After grabbing the audience members’ attention and showing them how the topic relates to them personally, the speaker should relate the topic back to themselves and answer the questions: “Why me? Why now?” To establish credibility as a speaker, this step is absolutely necessary, because audiences want to know up front why they should trust or believe the speaker as he or she delivers all subsequent information to them in the presentation. For example, the speaker may be an expert or an authority on the chosen topic, but he or she may also have nothing more than a vested interest in the topic and a genuine desire to share the information with others.
Scholars and philosopher have conducted a lot of research on Aristotle’s concept called “ethos,” which mean credibility. The late James McCroskey, a communication professor at the University of Alabama– Birmingham, and Jason Teven, a professor at California State University, Fullerton, spent years researching the concept of credibility. They identified three components of individual credibility: competence, trustworthiness, and caring/goodwill (1999). This portion of the introduction should provide three important pieces of information to the audience:
- Competence: The degree to which an audience perceives a speaker as being knowledgeable or expert on a given topic. What are the speaker’s credentials, if any, regarding that person’s relationship with the information? Has the person researched the topic extensively or taken coursework in this area of study? Does the speaker’s work experience relate to the topic? Without giving the audience an exhaustive résumé and work history, make this connection clear, yet brief. Explain just enough to establish credibility.
- Trustworthiness: The degree to which an audience member perceives a speaker as having honest and sincere qualities. Why does the speaker want to discuss this topic? What vested interest does the speaker have in conveying this information to the audience today?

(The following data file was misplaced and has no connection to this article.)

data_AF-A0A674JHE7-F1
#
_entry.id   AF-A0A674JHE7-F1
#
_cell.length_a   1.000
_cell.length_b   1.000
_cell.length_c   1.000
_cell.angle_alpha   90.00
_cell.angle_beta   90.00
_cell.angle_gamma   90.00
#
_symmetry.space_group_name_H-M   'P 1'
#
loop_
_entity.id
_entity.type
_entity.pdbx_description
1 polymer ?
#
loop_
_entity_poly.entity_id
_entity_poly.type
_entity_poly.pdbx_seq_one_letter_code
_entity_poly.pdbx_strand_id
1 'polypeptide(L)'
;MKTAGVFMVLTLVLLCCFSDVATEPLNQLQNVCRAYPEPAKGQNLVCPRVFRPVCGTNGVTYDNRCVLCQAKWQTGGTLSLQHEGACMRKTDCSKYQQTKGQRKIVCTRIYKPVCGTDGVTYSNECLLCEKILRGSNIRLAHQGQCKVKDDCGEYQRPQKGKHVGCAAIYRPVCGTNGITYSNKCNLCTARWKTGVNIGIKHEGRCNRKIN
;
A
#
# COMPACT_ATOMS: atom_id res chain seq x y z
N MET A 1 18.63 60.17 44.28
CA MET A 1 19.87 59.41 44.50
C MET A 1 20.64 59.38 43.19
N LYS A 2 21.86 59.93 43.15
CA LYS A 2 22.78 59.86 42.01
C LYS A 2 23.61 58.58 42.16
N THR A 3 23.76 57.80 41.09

- Caring/Goodwill: The degree to which audience members perceive a speaker as genuinely caring about them.
Review the example below that combines these three aspects:
“I’m a biology major, so talking with you about the potential for a pandemic relates pretty heavily to my future career goals (Competence). Pandemic diseases fascinate me, which is why those goals include pursuing a career in medical research (Trustworthiness). I believe that we should all have a basic understanding of what a pandemic flu could do to us as a society, so that we can better prepare ourselves for it, when the next pandemic does strike (Caring/Goodwill).”
Be careful with this step, though. Try not to seem boastful or arrogant. Instead of stating, “I have a Ph.D. in this subject, so I’m the most highly educated person in this room,” say something like, “I have extensive training and education on this subject, and since it was the topic of my doctoral studies, I feel well prepared to share some of my findings with you today.” Again, keep this section relatively brief, but long and detailed enough to provide the audience with a reason to trust this particular message.